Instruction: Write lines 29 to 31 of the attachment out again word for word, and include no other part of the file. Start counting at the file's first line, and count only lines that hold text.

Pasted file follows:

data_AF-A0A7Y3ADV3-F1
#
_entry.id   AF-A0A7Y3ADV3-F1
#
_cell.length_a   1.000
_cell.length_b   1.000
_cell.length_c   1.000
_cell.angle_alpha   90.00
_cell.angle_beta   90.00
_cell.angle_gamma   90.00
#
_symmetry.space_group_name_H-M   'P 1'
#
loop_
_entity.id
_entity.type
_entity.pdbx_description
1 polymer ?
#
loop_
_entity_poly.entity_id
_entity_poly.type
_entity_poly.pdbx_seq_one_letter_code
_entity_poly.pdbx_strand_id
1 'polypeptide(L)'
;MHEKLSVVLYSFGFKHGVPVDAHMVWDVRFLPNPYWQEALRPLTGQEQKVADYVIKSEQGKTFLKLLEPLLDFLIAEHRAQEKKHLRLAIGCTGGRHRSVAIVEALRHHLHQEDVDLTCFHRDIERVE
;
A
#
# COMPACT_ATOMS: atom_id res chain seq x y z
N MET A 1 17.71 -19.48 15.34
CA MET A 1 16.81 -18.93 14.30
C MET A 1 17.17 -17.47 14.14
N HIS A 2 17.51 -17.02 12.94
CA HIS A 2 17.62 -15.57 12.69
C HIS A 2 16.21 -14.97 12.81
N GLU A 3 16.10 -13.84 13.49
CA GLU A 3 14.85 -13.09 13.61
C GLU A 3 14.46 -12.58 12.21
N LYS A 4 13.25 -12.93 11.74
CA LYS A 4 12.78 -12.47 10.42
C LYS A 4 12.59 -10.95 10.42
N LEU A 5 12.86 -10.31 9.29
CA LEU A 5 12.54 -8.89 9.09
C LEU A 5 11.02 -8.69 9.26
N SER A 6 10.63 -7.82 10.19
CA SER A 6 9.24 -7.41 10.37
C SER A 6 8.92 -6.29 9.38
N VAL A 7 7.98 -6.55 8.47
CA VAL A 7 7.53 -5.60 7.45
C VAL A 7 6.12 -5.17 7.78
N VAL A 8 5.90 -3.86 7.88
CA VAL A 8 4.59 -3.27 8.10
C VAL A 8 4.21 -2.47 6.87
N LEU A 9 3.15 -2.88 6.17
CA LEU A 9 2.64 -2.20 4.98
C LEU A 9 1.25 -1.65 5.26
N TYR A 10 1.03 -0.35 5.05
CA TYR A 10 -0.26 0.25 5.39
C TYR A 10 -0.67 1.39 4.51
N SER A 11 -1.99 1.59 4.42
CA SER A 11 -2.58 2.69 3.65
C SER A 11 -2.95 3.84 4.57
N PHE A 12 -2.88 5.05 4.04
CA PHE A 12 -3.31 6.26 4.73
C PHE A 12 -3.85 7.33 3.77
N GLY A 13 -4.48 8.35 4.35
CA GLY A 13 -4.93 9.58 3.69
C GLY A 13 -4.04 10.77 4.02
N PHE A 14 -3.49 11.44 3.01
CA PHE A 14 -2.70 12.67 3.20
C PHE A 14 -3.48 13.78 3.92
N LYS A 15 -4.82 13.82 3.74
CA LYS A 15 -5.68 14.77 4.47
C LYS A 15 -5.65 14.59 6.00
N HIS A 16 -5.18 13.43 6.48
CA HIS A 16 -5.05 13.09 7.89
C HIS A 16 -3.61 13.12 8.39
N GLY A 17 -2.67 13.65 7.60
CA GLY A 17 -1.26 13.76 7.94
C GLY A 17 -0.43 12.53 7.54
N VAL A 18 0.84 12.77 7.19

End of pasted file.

#
# COMPACT_ATOMS: atom_id res chain seq x y z
N MET A 1 17.71 -19.48 15.34